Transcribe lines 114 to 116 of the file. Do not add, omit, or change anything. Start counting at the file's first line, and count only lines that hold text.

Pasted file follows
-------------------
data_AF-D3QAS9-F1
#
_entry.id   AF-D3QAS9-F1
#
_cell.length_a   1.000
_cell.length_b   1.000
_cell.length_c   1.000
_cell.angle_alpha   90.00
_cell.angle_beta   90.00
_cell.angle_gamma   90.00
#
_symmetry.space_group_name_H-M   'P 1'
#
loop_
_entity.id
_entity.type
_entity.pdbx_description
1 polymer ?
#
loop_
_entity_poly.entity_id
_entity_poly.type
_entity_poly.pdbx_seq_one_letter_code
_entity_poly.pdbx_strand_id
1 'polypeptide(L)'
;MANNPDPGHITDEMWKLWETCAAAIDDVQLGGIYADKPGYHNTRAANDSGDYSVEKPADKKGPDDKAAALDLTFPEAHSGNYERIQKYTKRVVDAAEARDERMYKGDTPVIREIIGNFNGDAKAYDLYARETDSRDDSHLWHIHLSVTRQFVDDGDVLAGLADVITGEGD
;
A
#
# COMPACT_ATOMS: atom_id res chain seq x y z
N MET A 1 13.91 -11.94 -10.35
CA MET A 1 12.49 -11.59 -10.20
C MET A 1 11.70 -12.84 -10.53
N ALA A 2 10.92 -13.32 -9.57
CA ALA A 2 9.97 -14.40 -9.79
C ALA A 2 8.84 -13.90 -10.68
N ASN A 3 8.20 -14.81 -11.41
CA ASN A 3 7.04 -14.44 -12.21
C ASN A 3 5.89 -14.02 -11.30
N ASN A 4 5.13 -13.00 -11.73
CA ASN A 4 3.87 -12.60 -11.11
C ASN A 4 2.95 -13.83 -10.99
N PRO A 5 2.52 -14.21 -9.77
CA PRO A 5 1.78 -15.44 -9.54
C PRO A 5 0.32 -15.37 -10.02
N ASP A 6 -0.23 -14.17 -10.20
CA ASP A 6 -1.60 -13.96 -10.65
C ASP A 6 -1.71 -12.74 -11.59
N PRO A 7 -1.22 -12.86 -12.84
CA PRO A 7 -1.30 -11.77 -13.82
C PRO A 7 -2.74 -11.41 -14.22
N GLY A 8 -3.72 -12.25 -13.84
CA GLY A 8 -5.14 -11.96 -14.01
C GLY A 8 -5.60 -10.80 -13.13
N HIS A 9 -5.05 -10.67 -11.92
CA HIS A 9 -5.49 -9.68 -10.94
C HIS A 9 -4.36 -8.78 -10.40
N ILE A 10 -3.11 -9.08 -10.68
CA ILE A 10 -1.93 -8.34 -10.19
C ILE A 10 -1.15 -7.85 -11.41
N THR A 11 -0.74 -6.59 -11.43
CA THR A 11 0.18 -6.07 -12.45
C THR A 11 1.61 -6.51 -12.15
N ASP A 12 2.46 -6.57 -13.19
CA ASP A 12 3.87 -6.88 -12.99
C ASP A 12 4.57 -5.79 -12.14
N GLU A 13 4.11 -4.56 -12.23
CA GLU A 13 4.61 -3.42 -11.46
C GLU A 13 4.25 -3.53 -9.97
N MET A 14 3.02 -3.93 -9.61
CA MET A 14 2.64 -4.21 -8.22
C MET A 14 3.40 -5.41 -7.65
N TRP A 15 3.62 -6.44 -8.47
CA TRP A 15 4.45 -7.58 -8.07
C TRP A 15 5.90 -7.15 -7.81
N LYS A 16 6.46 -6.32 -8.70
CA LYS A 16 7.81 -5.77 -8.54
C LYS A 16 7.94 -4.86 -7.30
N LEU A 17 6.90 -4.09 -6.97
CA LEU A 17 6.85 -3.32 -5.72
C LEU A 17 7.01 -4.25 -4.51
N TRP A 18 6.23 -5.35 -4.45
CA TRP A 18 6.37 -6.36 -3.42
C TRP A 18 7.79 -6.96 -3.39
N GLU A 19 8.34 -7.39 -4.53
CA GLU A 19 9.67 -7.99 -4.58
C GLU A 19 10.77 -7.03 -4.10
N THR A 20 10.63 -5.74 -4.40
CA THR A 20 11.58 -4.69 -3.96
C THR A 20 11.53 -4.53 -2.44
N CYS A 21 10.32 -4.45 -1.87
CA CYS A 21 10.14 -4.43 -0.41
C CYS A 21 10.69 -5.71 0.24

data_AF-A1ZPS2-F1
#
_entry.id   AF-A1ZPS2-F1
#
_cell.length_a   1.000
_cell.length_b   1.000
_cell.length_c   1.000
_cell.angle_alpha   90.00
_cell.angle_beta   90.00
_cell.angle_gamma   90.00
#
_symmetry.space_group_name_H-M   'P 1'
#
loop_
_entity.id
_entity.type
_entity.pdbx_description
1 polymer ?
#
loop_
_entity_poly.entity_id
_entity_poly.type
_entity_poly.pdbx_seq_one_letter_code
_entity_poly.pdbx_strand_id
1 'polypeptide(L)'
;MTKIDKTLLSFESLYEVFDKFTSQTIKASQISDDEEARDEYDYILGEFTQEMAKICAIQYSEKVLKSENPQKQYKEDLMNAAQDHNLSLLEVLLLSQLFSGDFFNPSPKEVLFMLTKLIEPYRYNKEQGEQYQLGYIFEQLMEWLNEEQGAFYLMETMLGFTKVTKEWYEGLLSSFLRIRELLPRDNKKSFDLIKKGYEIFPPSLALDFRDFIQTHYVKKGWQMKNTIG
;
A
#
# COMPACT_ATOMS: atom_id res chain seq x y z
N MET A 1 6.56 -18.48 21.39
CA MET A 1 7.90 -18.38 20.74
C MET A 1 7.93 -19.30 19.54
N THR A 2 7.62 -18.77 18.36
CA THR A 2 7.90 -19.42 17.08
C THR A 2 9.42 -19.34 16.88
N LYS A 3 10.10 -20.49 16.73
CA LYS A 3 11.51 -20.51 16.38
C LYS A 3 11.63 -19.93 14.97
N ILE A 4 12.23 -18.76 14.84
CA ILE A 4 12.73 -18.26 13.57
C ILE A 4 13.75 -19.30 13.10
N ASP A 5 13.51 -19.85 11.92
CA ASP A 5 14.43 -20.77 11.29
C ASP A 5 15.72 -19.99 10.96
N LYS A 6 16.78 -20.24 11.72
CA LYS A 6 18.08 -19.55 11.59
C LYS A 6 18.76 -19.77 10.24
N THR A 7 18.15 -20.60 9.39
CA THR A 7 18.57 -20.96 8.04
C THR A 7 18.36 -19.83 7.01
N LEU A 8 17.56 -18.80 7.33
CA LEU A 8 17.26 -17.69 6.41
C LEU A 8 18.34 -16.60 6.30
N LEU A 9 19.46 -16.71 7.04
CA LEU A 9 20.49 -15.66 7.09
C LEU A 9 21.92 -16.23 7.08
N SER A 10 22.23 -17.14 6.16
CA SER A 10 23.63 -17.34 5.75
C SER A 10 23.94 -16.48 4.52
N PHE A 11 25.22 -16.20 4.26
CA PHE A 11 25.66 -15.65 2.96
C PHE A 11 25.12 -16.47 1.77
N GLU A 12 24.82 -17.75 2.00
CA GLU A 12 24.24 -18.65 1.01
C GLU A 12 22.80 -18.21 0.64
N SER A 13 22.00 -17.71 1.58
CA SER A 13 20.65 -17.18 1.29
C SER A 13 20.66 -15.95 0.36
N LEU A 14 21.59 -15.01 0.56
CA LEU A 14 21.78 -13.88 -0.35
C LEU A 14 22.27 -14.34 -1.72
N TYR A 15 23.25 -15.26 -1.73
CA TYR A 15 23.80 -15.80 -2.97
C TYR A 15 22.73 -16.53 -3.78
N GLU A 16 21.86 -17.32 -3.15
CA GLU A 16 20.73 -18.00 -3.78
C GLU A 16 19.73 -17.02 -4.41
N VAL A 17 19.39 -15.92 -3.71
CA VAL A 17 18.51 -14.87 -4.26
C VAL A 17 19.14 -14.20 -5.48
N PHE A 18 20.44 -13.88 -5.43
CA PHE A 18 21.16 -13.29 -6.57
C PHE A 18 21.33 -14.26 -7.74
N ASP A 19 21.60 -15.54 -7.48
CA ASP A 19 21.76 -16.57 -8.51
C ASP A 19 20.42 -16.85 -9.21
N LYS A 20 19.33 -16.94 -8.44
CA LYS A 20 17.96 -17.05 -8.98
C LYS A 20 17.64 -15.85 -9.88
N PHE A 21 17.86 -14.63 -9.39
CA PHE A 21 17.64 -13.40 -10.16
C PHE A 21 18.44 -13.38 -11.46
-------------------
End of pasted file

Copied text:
_entity_poly.entity_id
_entity_poly.type
_entity_poly.pdbx_seq_one_letter_code